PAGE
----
Monday 9 April 2012

Mis-selling Derivatives ? Do Let's Grow Up

OK, first up there are laws about this stuff and no bank should be selling derivatives to any person or organisation deemed incapable of understanding them properly. Know your customer and all that. But an interest-rate collar to a commercial enterprise ? It's pretty simple stuff, despite Robert Peston's silly attempt to make it sound complicated.

An 'asymmetric cap and collar' ? Do us a favour, Pesto, it's a collar (or a cap and floor, same thing), and the asymmetry has nothing to do with the issue. The premium sounds ridiculously steep and it's that which raises the eyebrows, not the collar itself. But who knows what the credit-risk looked like for Barclays on the floor leg ? And how would a basic swap have been priced to the same customer at the same time ?

If Barclays have indeed screwed up on 'know your customer', the deal will be unenforceable anyway. So one presumes that technically speaking, they haven't.

Move along, nothing to see here.



Lord Blagger said...

So lets see. What about mortgages?

Fixed rate - oh dear that's an interest rate swap. Lets ban

Capped mortgages - oh dear - derivative lets ban it.

Floored - ditto

Want to repay early? - Oh dear you've got an option there. We'll have to ban that too.

Approval for a mortgage? Oh dear that's an option on a mortgage. We'll have to ban that too.


rwendland said...

I thought Peston's main point was that in the past too many small businessmen naively thought the Bank had thier business' interests at heart ("having banked with Barclays all his working life, he assumed the bank was serving his best interests "), rather than selling what made the most commission/profit for the bank.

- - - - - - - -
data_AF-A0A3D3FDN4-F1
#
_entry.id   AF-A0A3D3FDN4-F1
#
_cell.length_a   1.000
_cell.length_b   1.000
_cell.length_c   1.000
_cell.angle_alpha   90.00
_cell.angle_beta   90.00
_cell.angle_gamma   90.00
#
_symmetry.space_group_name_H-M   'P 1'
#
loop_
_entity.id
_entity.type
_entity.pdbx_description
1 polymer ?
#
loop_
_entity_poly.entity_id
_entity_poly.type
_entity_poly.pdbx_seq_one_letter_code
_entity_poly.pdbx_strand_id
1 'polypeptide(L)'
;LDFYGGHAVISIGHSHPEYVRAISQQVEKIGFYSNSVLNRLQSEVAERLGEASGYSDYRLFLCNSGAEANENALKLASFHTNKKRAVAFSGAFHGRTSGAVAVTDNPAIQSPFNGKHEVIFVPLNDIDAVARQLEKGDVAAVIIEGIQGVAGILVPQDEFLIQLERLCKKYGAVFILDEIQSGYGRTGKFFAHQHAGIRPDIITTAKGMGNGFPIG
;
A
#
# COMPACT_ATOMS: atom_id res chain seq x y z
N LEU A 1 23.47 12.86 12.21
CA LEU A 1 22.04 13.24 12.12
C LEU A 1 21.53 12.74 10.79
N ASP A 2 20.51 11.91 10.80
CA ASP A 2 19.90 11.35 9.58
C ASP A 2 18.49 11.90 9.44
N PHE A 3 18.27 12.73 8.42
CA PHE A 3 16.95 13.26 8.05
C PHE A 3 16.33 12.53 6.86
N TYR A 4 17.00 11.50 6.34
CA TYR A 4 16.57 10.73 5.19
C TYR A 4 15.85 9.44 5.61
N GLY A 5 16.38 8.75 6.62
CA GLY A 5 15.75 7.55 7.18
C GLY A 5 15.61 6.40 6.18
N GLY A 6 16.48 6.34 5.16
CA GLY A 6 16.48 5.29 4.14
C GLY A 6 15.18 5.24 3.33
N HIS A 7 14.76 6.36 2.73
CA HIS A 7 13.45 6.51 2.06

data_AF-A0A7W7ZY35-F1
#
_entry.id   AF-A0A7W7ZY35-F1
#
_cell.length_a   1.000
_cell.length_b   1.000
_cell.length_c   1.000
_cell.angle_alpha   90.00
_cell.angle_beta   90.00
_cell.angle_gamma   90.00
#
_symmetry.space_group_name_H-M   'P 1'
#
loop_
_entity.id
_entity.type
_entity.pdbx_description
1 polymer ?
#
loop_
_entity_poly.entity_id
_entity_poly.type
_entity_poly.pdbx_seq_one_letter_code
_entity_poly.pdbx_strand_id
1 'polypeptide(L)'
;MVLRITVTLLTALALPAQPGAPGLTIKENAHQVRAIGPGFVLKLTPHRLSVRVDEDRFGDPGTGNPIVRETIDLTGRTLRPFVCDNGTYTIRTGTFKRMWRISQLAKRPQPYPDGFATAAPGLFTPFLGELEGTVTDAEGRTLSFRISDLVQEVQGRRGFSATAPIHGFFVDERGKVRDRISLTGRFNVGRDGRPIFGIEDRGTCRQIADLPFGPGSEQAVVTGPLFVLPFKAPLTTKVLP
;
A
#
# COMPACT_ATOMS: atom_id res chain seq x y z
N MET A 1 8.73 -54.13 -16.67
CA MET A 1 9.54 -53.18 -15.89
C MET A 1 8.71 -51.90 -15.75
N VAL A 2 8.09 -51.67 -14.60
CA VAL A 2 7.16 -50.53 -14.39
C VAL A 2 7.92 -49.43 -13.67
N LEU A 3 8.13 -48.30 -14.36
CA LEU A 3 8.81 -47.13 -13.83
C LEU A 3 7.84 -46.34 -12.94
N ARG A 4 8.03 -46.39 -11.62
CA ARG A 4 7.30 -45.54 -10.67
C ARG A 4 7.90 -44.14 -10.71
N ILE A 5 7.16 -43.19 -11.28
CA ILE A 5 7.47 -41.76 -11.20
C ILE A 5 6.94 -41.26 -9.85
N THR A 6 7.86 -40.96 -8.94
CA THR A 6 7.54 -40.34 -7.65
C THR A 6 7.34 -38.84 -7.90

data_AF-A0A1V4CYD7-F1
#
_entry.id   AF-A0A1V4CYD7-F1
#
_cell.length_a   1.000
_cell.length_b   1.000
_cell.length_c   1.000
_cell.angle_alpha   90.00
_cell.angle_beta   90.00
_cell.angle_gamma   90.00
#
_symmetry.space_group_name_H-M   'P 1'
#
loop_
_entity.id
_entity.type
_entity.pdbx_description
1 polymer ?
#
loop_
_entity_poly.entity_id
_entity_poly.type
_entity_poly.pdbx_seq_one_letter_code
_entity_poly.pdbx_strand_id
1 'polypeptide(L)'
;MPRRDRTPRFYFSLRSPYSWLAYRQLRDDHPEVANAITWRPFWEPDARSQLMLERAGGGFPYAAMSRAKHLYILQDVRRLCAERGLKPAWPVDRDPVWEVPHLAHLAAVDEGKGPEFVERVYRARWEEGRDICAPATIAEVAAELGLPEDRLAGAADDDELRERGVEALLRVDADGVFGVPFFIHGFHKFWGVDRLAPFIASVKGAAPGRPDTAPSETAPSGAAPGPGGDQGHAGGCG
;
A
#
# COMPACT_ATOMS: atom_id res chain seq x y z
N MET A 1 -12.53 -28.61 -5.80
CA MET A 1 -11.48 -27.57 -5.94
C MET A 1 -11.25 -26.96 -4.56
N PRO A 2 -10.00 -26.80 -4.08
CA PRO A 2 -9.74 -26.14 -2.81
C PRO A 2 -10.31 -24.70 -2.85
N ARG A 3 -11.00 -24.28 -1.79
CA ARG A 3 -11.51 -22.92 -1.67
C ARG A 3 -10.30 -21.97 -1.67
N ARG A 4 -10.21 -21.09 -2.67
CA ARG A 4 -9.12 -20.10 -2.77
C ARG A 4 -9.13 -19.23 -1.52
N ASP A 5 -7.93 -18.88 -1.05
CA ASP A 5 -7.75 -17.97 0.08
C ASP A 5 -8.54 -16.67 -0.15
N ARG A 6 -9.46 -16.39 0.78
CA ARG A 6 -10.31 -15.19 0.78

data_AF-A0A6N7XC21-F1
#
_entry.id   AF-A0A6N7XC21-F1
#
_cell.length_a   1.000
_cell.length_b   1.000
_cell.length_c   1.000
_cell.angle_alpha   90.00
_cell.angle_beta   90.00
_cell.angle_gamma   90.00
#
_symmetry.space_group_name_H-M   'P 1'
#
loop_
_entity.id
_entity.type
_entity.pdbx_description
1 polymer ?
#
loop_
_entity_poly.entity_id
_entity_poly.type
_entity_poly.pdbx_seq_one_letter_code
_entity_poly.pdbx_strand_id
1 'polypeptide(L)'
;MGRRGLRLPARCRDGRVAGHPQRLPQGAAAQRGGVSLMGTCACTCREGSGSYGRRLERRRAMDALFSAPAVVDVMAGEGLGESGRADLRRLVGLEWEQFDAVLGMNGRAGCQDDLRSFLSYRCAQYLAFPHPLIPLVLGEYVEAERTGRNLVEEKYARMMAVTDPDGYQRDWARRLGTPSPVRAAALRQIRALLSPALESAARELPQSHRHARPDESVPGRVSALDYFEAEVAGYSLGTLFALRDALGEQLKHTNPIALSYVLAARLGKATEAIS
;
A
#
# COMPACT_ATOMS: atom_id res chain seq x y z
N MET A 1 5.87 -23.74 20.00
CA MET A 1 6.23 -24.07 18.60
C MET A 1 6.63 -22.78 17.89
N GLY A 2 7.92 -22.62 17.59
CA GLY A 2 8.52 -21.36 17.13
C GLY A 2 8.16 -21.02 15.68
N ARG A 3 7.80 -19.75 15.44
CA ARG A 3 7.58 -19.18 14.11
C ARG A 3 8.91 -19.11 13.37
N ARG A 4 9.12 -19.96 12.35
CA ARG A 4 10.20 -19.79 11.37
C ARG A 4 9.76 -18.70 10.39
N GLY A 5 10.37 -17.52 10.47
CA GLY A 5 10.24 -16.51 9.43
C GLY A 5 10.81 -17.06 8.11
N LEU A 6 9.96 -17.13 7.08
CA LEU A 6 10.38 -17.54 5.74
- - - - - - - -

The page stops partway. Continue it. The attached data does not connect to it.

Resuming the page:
In that he has a point that small business needs to get with it with modern capitalism. And maybe employ (trustworthy?) consultants from time to time!

Steven_L said...

no bank should be selling derivatives to any person or organisation deemed incapable of understanding them properly

They are still flogging these 'structured capital at risk' things you kindly explained to me in the dark days of early 2009 are you selling them a put warrant.

Anonymous said...

It's a small point but HMG, through NS&I still sell that old passbook.

It pays 0.2 % interest. An amount anyone could get on a basic current account rather than a Savings account.

NS&I never encouraged their savers to find something better. Why should thy?

(this account is coming to an end very soon. We may find out how millions of them there are. I would guess 2-3 million accounts)

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